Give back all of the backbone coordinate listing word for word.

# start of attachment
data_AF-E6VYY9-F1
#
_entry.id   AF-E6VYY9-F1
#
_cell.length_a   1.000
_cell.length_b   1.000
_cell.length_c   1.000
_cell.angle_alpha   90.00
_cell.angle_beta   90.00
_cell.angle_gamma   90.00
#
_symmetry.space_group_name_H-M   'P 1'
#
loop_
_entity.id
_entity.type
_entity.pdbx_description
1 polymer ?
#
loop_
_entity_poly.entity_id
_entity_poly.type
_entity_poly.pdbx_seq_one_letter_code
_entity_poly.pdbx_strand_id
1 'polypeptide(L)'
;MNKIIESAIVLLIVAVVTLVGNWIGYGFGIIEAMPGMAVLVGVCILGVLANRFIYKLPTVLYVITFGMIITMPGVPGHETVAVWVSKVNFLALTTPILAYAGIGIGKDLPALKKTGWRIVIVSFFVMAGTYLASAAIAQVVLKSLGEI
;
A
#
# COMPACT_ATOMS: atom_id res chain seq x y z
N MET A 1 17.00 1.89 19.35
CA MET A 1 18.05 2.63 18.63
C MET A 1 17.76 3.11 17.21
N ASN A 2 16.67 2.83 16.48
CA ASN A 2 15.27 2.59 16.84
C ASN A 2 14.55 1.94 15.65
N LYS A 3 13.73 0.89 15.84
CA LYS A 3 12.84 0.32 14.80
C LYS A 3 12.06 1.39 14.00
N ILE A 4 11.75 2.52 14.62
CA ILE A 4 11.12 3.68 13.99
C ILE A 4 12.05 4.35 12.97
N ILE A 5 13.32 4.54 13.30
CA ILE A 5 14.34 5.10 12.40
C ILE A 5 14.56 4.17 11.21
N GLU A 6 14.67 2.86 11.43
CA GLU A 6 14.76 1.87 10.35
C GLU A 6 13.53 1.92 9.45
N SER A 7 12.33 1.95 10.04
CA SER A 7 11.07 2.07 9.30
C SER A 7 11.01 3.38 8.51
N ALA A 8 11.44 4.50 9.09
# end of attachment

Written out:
data_AF-E6VYY9-F1
#
_entry.id   AF-E6VYY9-F1
#
_cell.length_a   1.000
_cell.length_b   1.000
_cell.length_c   1.000
_cell.angle_alpha   90.00
_cell.angle_beta   90.00
_cell.angle_gamma   90.00
#
_symmetry.space_group_name_H-M   'P 1'
#
loop_
_entity.id
_entity.type
_entity.pdbx_description
1 polymer ?
#
loop_
_entity_poly.entity_id
_entity_poly.type
_entity_poly.pdbx_seq_one_letter_code
_entity_poly.pdbx_strand_id
1 'polypeptide(L)'
;MNKIIESAIVLLIVAVVTLVGNWIGYGFGIIEAMPGMAVLVGVCILGVLANRFIYKLPTVLYVITFGMIITMPGVPGHETVAVWVSKVNFLALTTPILAYAGIGIGKDLPALKKTGWRIVIVSFFVMAGTYLASAAIAQVVLKSLGEI
;
A
#
# COMPACT_ATOMS: atom_id res chain seq x y z
N MET A 1 17.00 1.89 19.35
CA MET A 1 18.05 2.63 18.63
C MET A 1 17.76 3.11 17.21
N ASN A 2 16.67 2.83 16.48
CA ASN A 2 15.27 2.59 16.84
C ASN A 2 14.55 1.94 15.65
N LYS A 3 13.73 0.89 15.84
CA LYS A 3 12.84 0.32 14.80
C LYS A 3 12.06 1.39 14.00
N ILE A 4 11.75 2.52 14.62
CA ILE A 4 11.12 3.68 13.99
C ILE A 4 12.05 4.35 12.97
N ILE A 5 13.32 4.54 13.30
CA ILE A 5 14.34 5.10 12.40
C ILE A 5 14.56 4.17 11.21
N GLU A 6 14.67 2.86 11.43
CA GLU A 6 14.76 1.87 10.35
C GLU A 6 13.53 1.92 9.45
N SER A 7 12.33 1.95 10.04
CA SER A 7 11.07 2.07 9.30
C SER A 7 11.01 3.38 8.51
N ALA A 8 11.44 4.50 9.09